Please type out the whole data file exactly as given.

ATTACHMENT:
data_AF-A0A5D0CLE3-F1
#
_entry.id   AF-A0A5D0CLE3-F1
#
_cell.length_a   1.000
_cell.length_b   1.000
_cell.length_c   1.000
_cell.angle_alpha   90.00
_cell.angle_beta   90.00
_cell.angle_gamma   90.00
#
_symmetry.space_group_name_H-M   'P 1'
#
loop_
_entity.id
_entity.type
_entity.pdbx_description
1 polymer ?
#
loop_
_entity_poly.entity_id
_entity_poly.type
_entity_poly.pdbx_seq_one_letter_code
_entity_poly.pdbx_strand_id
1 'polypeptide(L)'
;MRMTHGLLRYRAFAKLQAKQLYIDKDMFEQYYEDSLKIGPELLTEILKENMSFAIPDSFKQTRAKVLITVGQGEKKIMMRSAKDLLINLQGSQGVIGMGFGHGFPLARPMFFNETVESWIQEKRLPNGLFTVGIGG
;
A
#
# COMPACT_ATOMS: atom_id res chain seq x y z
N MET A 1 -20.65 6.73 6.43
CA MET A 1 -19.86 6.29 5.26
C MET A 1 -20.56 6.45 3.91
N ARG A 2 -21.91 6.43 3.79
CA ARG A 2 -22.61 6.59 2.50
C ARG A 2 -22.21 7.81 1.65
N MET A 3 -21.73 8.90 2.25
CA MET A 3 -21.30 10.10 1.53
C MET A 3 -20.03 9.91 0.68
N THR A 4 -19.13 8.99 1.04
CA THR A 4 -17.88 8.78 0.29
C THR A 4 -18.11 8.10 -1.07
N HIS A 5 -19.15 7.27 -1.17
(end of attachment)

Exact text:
data_AF-A0A5D0CLE3-F1
#
_entry.id   AF-A0A5D0CLE3-F1
#
_cell.length_a   1.000
_cell.length_b   1.000
_cell.length_c   1.000
_cell.angle_alpha   90.00
_cell.angle_beta   90.00
_cell.angle_gamma   90.00
#
_symmetry.space_group_name_H-M   'P 1'
#
loop_
_entity.id
_entity.type
_entity.pdbx_description
1 polymer ?
#
loop_
_entity_poly.entity_id
_entity_poly.type
_entity_poly.pdbx_seq_one_letter_code
_entity_poly.pdbx_strand_id
1 'polypeptide(L)'
;MRMTHGLLRYRAFAKLQAKQLYIDKDMFEQYYEDSLKIGPELLTEILKENMSFAIPDSFKQTRAKVLITVGQGEKKIMMRSAKDLLINLQGSQGVIGMGFGHGFPLARPMFFNETVESWIQEKRLPNGLFTVGIGG
;
A
#
# COMPACT_ATOMS: atom_id res chain seq x y z
N MET A 1 -20.65 6.73 6.43
CA MET A 1 -19.86 6.29 5.26
C MET A 1 -20.56 6.45 3.91
N ARG A 2 -21.91 6.43 3.79
CA ARG A 2 -22.61 6.59 2.50
C ARG A 2 -22.21 7.81 1.65
N MET A 3 -21.73 8.90 2.25
CA MET A 3 -21.30 10.10 1.53
C MET A 3 -20.03 9.91 0.68
N THR A 4 -19.13 8.99 1.04
CA THR A 4 -17.88 8.78 0.29
C THR A 4 -18.11 8.10 -1.07
N HIS A 5 -19.15 7.27 -1.17